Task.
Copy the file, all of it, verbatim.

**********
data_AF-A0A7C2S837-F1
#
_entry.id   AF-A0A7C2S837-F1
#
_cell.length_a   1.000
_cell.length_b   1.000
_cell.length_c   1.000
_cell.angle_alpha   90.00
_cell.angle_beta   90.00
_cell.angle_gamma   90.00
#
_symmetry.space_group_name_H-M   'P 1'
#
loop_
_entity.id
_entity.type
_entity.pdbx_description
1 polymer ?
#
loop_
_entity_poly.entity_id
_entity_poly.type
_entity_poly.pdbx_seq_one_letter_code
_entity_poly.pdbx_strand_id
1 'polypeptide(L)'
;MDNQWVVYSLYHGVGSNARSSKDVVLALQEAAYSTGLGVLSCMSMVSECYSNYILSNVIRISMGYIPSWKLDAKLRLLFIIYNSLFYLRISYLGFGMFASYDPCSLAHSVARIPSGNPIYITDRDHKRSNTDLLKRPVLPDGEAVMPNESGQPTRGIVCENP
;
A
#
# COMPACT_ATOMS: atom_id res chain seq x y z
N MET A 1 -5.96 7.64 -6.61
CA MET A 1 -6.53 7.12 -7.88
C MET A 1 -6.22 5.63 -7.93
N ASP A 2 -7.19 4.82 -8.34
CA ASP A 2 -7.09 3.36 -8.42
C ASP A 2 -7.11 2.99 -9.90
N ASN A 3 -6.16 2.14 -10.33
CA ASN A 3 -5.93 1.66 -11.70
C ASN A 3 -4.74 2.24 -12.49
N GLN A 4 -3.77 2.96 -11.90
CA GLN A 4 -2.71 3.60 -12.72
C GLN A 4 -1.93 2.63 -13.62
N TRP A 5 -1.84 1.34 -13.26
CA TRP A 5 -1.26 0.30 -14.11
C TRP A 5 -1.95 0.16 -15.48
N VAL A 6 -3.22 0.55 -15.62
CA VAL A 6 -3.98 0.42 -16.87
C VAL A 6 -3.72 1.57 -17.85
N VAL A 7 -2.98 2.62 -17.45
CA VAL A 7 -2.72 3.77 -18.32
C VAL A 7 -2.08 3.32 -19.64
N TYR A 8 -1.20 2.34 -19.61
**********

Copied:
data_AF-A0A7C2S837-F1
#
_entry.id   AF-A0A7C2S837-F1
#
_cell.length_a   1.000
_cell.length_b   1.000
_cell.length_c   1.000
_cell.angle_alpha   90.00
_cell.angle_beta   90.00
_cell.angle_gamma   90.00
#
_symmetry.space_group_name_H-M   'P 1'
#
loop_
_entity.id
_entity.type
_entity.pdbx_description
1 polymer ?
#
loop_
_entity_poly.entity_id
_entity_poly.type
_entity_poly.pdbx_seq_one_letter_code
_entity_poly.pdbx_strand_id
1 'polypeptide(L)'
;MDNQWVVYSLYHGVGSNARSSKDVVLALQEAAYSTGLGVLSCMSMVSECYSNYILSNVIRISMGYIPSWKLDAKLRLLFIIYNSLFYLRISYLGFGMFASYDPCSLAHSVARIPSGNPIYITDRDHKRSNTDLLKRPVLPDGEAVMPNESGQPTRGIVCENP
;
A
#
# COMPACT_ATOMS: atom_id res chain seq x y z
N MET A 1 -5.96 7.64 -6.61
CA MET A 1 -6.53 7.12 -7.88
C MET A 1 -6.22 5.63 -7.93
N ASP A 2 -7.19 4.82 -8.34
CA ASP A 2 -7.09 3.36 -8.42
C ASP A 2 -7.11 2.99 -9.90
N ASN A 3 -6.16 2.14 -10.33
CA ASN A 3 -5.93 1.66 -11.70
C ASN A 3 -4.74 2.24 -12.49
N GLN A 4 -3.77 2.96 -11.90
CA GLN A 4 -2.71 3.60 -12.72
C GLN A 4 -1.93 2.63 -13.62
N TRP A 5 -1.84 1.34 -13.26
CA TRP A 5 -1.26 0.30 -14.11
C TRP A 5 -1.95 0.16 -15.48
N VAL A 6 -3.22 0.55 -15.62
CA VAL A 6 -3.98 0.42 -16.87
C VAL A 6 -3.72 1.57 -17.85
N VAL A 7 -2.98 2.62 -17.45
CA VAL A 7 -2.72 3.77 -18.32
C VAL A 7 -2.08 3.32 -19.64
N TYR A 8 -1.20 2.34 -19.61